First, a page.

Australia often lags behind its Western world counterparts when it comes to social change.
The UK and the US, for example, legalized Gay Marriage 4 and 2 years respectively, prior to Australia adopting equivalent legislation. Even now, a public debate goes on within the East Coast states of Australia openly criticizing the government for the extremely low number of female politicians in parliament. The gender pay gap is as big an issue Down Under as it is elsewhere, although garners far less media coverage.
Progressing these issues appears to be harder in Australia, despite the country being one of the worlds earliest adopters of technology. Oz has one of the highest rates of Social Media use and smartphone adoption in the world, for example. It appears that the likelihood of legalizing cannabis for recreational use then, will take some time, despite rapidly changing attitudes in Canada, New Zealand and the US.
The issue of legal cannabis is starting to appear in Australia
There has been some change, concerning the use of marijuana for medical reasons in recent years, however. Australia legalized medicinal cannabis products at a Federal and State level in 2016. Adoption of medical cannabis has been stymied by bureaucracy and red tape ever since, although the government is visibly trying to deal with those issues, and progress has been made.
Australia is not immune to consideration of the economic benefits of marijuana, either. The government has openly stated its desire to be the world’s number one supplier of medical marijuana although there has been a dearth of policy behind the bold claim.
Legalization of medical marijuana, however, is a clear, and visible step towards broader acceptance and has been a clear milestone in the drugs acceptance elsewhere.
The issue is starting to form in the public consciousness. It was raised as recently as last month, by the Australian Green Party (an Australian Political Party with generally progressive views that support the environment, amongst other things.) Their representative, Senator Richard Di Natalie, who is a medical doctor himself and has direct experience of the negative effects of current drugs legalization.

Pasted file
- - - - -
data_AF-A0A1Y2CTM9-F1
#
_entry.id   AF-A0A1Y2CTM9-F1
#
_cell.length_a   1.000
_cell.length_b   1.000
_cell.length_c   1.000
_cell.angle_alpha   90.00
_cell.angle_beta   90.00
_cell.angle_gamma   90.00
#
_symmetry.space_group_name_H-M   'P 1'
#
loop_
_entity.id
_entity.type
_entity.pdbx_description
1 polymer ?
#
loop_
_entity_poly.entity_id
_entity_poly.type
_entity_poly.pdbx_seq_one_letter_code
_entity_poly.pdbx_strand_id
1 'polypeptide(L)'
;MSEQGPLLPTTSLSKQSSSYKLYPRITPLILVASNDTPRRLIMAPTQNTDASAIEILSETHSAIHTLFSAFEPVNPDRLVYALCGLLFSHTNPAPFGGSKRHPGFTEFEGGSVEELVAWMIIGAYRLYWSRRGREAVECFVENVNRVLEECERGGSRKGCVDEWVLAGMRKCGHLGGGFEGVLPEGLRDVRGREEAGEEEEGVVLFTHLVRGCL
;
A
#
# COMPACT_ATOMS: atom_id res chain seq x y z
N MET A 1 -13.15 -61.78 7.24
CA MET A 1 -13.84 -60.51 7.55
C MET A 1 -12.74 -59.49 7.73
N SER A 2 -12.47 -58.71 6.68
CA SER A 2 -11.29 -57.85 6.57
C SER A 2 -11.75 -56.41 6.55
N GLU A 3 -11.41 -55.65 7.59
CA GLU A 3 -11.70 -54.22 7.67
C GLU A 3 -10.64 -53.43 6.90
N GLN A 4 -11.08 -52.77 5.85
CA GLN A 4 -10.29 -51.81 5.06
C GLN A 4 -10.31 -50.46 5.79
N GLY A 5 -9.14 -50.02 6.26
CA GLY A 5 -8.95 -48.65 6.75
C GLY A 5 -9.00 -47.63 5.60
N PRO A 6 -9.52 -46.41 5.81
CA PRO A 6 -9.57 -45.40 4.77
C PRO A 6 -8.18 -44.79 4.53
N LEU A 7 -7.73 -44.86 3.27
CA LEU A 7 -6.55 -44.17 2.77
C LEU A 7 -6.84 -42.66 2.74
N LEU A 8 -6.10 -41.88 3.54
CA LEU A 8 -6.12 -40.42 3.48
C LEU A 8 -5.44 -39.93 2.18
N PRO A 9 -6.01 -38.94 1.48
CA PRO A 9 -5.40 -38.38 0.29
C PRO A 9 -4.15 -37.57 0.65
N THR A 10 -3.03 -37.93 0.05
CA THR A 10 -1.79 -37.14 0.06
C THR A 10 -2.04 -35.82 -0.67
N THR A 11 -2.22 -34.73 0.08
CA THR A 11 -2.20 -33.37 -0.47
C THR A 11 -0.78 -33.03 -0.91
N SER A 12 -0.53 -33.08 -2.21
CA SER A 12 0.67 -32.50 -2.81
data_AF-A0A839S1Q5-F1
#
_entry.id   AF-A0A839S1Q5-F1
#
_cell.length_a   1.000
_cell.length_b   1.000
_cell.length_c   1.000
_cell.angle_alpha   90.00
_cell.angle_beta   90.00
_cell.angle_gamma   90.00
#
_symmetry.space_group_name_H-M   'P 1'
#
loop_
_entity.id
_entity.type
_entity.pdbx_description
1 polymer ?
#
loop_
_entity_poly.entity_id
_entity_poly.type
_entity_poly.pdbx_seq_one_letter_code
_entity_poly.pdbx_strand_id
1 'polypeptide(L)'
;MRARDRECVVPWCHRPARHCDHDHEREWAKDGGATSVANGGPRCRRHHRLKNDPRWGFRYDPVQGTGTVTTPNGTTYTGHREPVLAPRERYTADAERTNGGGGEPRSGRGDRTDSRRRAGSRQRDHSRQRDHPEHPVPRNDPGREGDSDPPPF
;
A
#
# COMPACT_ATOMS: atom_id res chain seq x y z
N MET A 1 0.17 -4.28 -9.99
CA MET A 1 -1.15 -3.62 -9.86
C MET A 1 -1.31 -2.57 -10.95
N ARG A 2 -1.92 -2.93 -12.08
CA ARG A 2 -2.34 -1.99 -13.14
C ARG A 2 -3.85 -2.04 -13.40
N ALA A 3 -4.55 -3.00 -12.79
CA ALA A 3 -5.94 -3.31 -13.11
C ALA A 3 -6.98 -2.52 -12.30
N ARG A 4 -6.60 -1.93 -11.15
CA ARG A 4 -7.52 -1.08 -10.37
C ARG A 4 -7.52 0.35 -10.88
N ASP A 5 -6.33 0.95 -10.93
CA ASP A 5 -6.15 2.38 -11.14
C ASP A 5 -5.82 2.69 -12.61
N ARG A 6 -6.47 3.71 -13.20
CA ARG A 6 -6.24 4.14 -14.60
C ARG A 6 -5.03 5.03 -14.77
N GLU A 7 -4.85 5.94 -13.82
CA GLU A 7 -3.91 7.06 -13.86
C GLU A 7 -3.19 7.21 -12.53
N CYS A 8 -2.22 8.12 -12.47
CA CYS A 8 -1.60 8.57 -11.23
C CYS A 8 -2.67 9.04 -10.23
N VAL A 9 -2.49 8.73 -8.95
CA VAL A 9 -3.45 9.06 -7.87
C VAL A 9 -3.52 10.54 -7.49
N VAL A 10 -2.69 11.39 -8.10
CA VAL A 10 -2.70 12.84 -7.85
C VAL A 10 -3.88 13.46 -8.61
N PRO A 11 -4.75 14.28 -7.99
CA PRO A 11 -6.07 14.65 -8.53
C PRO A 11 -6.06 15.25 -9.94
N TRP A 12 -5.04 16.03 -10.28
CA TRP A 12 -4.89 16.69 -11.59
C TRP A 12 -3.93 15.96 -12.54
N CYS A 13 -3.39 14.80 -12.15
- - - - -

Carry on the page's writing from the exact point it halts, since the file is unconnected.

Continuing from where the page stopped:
Existing laws which, in Australia, as elsewhere, lumps cannabis in to the same group as heroin and Meth-amphetamine, and treats users as criminals. Di Natalie proposed changing that framework, building his proposed policy framework around treating drug use as a social concern rather than a police matter. Unfortunately, from the point of view of those who would wish to see marijuana legitimized, his announcements amounted to nothing – this time.
It will likely be experience in other countries that encourages Australia to legalize
It seems the most likely that it will be experience in other countries which creates the acceptance of cannabis legalization required amongst politicians to see it happen. Results available from Colorado provide empirical evidence that legalization does not create some of the harm that opponents of the scheme fear. Levels of teenage use have fallen, tax receipts are sizable and have been applied sensibly in the state. Thousands of jobs have been created and the fabric of society has not been unwoven.
Public support is already behind the movement, with the majority of Aussies now more pro than con legalization. The current, more conservative government will hold a National Election in 2018, which will give the Greens another chance to float the issue.
Although Australia is a laggard in adopting new social policies, the acceptance of marijuana legalization in countries with extremely similar values and social norms seems likely to have an effect long term.
Given the influence that social media plays in gathering and amplifying public support for merit worthy social cause which the government is ignoring majority public support for – like Gay Marriage and Recreational Cannabis legalization, Australia’s technological early adoption could be the thing that accelerates progress towards the goal. And, when it does happen, with luck, Australia can learn from the practical problems that the countries preceding it have learned – picking the right age at which people can buy it and avoiding the delays that Canada are currently working through.
Source: The Weed Blog
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